Vladimir Nabokov

NABOKV-L post 0000218, Tue, 1 Mar 1994 20:17:37 -0800

1.Leninburg. 2.The size of a stamp. (fwd)
From: Gene Barabtarlo <GRAGB@MIZZOU1.bitnet>
To: nabokv-l@ucsbvm.bitnet
Subject: 1.Leninburg. 2.The size of a stamp.

>From the desk of the (former) President of the INS.

I have received a curious document from the "Nabokovskiy Fond", a
self-styled Nabokov task force operating out of Nabokov's St. Petersburg
house. It's an invitation to take part in the "2nd International
Conference dedicated to Nabokov's 95 years anniversary in St Petersburg
from 20 to 24 of April of 1994." The programme includes "scientific
reports on life and creative work", "the opening exhibition", and
"conversations with writers", among other things. Judging by the drastic
change of font in which my name is set after "Dear--", the invitation is
more or less general, and since I shan't go, I want to pass it along to
those who may. They will have to inform the organizers of the "topic of
report or message, or desire to come out in discussion."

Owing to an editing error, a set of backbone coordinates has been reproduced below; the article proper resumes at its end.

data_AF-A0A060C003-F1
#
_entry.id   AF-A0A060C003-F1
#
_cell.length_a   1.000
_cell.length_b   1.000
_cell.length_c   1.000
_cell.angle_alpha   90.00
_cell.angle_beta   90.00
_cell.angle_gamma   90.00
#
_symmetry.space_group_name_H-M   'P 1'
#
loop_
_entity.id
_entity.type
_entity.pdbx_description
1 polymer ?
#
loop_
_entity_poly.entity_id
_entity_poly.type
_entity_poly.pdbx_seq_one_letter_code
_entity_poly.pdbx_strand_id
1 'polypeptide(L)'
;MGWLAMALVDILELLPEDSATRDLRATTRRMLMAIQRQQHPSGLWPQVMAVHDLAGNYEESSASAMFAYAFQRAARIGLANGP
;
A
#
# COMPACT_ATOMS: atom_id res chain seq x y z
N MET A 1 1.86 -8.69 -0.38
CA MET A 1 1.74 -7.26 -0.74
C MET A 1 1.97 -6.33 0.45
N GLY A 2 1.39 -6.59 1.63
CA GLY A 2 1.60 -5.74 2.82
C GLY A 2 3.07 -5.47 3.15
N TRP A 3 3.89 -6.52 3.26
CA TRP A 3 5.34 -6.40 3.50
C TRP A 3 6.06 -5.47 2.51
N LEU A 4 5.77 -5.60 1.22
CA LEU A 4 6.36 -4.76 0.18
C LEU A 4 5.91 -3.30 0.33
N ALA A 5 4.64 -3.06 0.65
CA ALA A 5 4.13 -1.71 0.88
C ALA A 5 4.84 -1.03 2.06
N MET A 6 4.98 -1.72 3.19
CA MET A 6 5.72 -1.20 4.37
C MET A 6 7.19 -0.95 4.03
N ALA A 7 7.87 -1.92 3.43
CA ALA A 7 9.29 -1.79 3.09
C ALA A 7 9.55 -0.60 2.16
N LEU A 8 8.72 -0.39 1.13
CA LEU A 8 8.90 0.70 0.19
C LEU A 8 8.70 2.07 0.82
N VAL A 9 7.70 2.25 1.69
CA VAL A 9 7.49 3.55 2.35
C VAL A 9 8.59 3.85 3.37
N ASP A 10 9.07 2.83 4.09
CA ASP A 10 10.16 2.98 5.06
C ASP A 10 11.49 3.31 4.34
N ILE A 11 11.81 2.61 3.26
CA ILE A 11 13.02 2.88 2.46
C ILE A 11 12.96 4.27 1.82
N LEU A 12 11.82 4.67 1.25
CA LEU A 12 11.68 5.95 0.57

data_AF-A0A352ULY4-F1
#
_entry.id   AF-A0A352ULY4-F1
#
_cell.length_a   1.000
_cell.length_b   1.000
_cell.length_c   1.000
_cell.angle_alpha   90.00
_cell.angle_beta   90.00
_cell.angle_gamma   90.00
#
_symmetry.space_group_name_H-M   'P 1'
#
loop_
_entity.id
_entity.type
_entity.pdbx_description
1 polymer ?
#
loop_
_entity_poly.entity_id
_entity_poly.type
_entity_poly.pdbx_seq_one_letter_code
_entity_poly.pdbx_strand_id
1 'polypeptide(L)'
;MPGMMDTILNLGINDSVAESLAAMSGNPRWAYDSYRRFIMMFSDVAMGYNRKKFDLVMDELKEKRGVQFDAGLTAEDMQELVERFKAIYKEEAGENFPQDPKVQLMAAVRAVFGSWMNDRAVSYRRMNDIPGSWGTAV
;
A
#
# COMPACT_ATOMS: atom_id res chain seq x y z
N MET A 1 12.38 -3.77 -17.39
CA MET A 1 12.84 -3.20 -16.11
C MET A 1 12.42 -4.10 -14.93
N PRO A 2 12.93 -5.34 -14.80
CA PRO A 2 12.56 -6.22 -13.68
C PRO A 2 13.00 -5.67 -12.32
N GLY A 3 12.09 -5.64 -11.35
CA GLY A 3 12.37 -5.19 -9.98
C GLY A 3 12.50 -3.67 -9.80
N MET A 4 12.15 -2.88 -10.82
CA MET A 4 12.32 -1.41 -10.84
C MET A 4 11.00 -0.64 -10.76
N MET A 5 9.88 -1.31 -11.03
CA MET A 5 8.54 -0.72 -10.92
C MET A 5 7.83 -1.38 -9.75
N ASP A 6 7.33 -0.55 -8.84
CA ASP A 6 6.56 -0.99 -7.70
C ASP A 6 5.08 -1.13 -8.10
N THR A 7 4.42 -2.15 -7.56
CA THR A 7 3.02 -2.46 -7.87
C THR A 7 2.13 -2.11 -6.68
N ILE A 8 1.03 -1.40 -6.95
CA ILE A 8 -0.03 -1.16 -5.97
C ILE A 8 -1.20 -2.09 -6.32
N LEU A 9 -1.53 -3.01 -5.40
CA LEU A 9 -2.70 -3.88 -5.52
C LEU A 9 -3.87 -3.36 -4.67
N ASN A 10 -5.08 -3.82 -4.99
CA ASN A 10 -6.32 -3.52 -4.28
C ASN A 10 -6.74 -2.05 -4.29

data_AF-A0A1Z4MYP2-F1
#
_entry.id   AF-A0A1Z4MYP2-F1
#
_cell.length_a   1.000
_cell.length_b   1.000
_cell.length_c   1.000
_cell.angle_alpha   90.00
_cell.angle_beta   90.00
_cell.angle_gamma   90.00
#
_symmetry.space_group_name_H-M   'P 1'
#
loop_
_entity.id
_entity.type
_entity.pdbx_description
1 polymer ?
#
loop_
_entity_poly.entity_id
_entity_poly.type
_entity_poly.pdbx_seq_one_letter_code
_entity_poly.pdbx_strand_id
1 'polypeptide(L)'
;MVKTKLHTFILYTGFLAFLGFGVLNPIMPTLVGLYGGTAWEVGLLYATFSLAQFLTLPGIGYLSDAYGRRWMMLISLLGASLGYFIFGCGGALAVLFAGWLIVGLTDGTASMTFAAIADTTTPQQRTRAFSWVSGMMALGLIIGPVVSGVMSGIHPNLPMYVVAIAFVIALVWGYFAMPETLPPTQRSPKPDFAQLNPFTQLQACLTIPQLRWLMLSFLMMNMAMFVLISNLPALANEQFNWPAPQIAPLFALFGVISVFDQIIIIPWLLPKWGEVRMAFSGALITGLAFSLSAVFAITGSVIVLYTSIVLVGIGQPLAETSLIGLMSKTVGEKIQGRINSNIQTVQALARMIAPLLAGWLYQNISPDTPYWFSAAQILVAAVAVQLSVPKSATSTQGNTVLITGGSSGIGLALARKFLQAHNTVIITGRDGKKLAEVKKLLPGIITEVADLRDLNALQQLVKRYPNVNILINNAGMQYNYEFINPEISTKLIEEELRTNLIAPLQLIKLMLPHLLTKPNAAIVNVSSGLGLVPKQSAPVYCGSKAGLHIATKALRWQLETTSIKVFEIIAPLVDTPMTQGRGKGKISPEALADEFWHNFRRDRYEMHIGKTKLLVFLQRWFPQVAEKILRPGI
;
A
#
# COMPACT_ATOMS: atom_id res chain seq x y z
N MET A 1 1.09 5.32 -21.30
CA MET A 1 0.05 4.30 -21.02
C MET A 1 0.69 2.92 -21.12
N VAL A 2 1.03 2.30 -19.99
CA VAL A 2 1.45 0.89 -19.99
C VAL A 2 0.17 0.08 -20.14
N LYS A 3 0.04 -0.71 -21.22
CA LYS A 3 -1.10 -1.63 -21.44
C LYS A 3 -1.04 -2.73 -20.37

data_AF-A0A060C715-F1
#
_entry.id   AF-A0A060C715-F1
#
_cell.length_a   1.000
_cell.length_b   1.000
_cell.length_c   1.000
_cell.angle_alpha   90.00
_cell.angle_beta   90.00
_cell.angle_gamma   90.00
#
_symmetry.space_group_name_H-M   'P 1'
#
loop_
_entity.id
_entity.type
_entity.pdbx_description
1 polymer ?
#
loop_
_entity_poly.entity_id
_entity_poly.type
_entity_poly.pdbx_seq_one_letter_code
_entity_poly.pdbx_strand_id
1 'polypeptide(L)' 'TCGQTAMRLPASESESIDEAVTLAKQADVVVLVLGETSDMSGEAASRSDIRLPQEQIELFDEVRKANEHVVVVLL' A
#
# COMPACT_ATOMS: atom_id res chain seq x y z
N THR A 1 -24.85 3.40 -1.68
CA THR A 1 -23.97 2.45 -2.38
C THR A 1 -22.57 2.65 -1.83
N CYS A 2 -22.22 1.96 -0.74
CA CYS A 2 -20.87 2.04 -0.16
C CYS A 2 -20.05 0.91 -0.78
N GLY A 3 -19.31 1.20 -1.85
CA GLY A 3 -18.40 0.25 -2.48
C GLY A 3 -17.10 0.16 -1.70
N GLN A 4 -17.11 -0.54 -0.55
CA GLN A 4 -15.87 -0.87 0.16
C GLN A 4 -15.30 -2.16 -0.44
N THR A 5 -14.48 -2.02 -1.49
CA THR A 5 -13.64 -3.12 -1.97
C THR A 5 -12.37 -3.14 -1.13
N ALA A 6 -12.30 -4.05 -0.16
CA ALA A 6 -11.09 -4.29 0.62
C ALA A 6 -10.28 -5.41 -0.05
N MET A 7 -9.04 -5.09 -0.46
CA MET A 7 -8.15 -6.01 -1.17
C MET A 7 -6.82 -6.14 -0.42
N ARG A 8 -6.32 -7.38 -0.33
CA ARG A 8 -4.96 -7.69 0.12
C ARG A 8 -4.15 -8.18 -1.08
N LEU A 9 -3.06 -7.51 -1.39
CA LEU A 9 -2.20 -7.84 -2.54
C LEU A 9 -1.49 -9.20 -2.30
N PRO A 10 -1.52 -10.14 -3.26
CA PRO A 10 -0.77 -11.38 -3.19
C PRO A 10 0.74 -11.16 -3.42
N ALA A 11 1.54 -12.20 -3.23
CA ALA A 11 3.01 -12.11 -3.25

The fax numbers are 812 273-4093 and 812 312 4128. Apparently, all the
expenses incurred while in situ will be paid by the Fund.
One is asked to supply one's "family name, first name[s], date
of birth, citizenship, number of passport, date and place of its distribution"
and the length of stay, in order to obtain an official invitation.
The letter is signed by "V.Stark, Secretary-in-chief". It sports an emblem
which is half an open book, half a spread butterfly, pierced by half a
chessman, half a quill, and its letterhead says that their account is in the
"Len[ingrad] branch" of a "GU Bank of St Petersburg". The inquiries should be
sent by March 15th. "During this conference we plan to set up an international
preparatory committee on Nabokov's 100th anniversary," says Mr Stark.

Which brings me to my second item. Sometime ago I had written to Marvin
Runyon, Clinton's Postmaster General, a lengthy proposal regarding a VN
commemorative stamp for 1999 (Beth Sweeney's splendid idea.) In the same
post as the Stark letter (such things do tend to come in pairs often
enough) I received this morning a reply from the "Manager of Stamp
Services", an Azeezaly Jaffer (reminds one of a character in Bulgakov's
M&M), who assures me that "the nomination of Mr Nabokov will be placed
before the Citizens' Stamp Advisory Committee", and that a new stamp is
usually announced six months prior to the year in which the stamp is
I gather from this that there may indeed be a stamp! If I am not mistaken,
only two Russian Americans have appeared on US stamps, Stravinski and Sikorski.
I may be wrong there (but this is what I wrote to Runyon).